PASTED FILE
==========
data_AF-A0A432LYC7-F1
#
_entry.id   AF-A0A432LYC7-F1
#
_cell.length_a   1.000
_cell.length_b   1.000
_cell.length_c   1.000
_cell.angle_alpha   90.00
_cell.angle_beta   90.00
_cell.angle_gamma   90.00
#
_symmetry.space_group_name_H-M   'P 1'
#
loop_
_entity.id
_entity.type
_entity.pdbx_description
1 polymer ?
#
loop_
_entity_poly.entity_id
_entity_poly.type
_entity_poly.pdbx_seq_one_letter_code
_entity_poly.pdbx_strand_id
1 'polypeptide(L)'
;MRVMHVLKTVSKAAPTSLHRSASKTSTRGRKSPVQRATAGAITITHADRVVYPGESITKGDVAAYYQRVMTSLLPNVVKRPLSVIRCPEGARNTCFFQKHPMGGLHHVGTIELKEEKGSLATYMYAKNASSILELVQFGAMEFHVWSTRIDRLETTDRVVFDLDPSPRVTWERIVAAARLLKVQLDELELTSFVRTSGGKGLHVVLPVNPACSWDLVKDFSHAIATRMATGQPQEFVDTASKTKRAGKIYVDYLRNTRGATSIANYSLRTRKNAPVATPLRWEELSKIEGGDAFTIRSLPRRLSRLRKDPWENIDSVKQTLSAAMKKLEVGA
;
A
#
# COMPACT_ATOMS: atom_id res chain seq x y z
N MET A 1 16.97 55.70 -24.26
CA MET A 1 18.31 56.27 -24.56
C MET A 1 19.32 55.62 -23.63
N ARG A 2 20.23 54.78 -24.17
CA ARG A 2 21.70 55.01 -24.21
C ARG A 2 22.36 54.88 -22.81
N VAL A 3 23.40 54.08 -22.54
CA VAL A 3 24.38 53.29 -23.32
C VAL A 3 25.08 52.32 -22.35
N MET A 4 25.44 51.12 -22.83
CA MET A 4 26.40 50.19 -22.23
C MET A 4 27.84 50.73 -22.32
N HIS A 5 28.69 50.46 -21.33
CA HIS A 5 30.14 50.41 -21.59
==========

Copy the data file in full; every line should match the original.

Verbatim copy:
data_AF-A0A432LYC7-F1
#
_entry.id   AF-A0A432LYC7-F1
#
_cell.length_a   1.000
_cell.length_b   1.000
_cell.length_c   1.000
_cell.angle_alpha   90.00
_cell.angle_beta   90.00
_cell.angle_gamma   90.00
#
_symmetry.space_group_name_H-M   'P 1'
#
loop_
_entity.id
_entity.type
_entity.pdbx_description
1 polymer ?
#
loop_
_entity_poly.entity_id
_entity_poly.type
_entity_poly.pdbx_seq_one_letter_code
_entity_poly.pdbx_strand_id
1 'polypeptide(L)'
;MRVMHVLKTVSKAAPTSLHRSASKTSTRGRKSPVQRATAGAITITHADRVVYPGESITKGDVAAYYQRVMTSLLPNVVKRPLSVIRCPEGARNTCFFQKHPMGGLHHVGTIELKEEKGSLATYMYAKNASSILELVQFGAMEFHVWSTRIDRLETTDRVVFDLDPSPRVTWERIVAAARLLKVQLDELELTSFVRTSGGKGLHVVLPVNPACSWDLVKDFSHAIATRMATGQPQEFVDTASKTKRAGKIYVDYLRNTRGATSIANYSLRTRKNAPVATPLRWEELSKIEGGDAFTIRSLPRRLSRLRKDPWENIDSVKQTLSAAMKKLEVGA
;
A
#
# COMPACT_ATOMS: atom_id res chain seq x y z
N MET A 1 16.97 55.70 -24.26
CA MET A 1 18.31 56.27 -24.56
C MET A 1 19.32 55.62 -23.63
N ARG A 2 20.23 54.78 -24.17
CA ARG A 2 21.70 55.01 -24.21
C ARG A 2 22.36 54.88 -22.81
N VAL A 3 23.40 54.08 -22.54
CA VAL A 3 24.38 53.29 -23.32
C VAL A 3 25.08 52.32 -22.35
N MET A 4 25.44 51.12 -22.83
CA MET A 4 26.40 50.19 -22.23
C MET A 4 27.84 50.73 -22.32
N HIS A 5 28.69 50.46 -21.33
CA HIS A 5 30.14 50.41 -21.59